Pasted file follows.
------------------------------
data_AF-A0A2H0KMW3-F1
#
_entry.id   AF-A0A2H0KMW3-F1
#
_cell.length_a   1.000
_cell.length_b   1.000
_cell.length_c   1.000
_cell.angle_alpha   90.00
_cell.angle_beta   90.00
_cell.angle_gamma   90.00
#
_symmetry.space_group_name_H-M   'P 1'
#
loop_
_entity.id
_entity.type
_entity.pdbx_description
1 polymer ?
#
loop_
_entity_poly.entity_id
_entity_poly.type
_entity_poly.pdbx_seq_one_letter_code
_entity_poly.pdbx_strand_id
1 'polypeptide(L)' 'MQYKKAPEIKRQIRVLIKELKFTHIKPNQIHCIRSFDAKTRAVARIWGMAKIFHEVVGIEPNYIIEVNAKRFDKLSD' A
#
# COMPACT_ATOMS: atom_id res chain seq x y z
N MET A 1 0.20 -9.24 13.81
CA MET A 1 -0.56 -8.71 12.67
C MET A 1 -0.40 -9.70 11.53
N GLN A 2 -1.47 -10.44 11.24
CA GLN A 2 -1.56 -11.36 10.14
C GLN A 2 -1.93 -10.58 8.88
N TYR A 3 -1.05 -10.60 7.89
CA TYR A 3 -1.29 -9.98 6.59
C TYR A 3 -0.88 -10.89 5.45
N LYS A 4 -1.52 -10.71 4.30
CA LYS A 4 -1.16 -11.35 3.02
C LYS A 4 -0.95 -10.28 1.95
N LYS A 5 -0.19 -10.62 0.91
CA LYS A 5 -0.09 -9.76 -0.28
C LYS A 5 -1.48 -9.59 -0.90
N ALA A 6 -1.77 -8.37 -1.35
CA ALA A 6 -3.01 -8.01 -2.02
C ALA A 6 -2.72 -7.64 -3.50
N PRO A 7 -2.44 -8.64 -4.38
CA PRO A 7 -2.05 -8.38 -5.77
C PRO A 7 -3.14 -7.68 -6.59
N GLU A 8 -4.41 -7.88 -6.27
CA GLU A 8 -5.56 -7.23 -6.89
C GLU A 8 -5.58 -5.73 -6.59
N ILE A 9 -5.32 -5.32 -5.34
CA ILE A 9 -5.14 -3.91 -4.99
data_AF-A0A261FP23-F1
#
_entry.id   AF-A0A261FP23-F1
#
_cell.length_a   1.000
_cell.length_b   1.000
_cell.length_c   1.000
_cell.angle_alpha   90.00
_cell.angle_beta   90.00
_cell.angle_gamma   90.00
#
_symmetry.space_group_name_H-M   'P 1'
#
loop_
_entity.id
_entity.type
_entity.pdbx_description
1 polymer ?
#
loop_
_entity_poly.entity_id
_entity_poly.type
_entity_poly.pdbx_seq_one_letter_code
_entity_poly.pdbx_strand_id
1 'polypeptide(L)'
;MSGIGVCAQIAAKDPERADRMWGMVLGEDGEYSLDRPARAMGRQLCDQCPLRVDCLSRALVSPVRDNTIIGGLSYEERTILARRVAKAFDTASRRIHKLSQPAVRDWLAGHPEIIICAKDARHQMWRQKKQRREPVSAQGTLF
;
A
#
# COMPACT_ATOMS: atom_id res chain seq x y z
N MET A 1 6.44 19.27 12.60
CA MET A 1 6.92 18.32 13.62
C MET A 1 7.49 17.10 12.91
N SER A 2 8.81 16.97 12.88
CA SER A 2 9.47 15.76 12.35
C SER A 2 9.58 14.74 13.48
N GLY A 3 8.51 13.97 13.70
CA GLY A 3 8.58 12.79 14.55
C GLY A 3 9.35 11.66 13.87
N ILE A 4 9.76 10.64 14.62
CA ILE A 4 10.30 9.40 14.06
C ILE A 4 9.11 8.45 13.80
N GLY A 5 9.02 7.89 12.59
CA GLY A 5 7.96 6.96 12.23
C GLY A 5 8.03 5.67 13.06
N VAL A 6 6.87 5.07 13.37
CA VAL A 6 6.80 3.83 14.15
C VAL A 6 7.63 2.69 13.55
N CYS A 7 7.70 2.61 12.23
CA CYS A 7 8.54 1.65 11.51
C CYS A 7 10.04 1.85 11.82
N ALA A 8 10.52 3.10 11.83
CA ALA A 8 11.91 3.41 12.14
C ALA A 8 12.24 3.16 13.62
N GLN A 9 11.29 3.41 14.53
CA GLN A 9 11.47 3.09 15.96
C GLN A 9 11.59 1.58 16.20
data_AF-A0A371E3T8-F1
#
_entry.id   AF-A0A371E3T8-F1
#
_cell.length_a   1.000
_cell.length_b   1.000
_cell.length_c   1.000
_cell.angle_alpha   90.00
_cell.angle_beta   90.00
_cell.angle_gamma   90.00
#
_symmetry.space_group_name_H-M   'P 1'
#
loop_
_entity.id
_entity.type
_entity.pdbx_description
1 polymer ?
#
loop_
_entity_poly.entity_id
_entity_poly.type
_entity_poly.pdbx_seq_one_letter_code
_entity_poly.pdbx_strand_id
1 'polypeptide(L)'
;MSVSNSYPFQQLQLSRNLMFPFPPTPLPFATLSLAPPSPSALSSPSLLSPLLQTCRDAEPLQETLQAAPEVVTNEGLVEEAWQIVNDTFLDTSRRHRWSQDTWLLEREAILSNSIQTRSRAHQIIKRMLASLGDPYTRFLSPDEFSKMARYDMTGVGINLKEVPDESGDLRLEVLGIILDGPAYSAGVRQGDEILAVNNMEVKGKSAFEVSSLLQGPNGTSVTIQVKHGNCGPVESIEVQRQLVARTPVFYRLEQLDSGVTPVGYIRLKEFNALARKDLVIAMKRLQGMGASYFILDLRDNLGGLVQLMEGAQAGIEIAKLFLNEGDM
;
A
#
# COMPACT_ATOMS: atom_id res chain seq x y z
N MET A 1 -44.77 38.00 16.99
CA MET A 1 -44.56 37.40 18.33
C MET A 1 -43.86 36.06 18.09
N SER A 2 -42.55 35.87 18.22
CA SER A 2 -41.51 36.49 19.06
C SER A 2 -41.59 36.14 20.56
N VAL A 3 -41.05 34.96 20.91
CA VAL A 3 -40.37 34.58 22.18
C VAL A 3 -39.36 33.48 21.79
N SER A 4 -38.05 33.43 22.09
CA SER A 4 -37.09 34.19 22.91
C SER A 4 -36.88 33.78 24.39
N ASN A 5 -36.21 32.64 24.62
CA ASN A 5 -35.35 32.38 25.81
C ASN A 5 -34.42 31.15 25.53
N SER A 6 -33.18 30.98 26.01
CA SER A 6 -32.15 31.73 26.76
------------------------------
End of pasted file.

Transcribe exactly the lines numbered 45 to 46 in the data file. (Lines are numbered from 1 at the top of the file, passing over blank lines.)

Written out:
C ALA A 6 -2.72 -7.64 -3.50
N PRO A 7 -2.44 -8.64 -4.38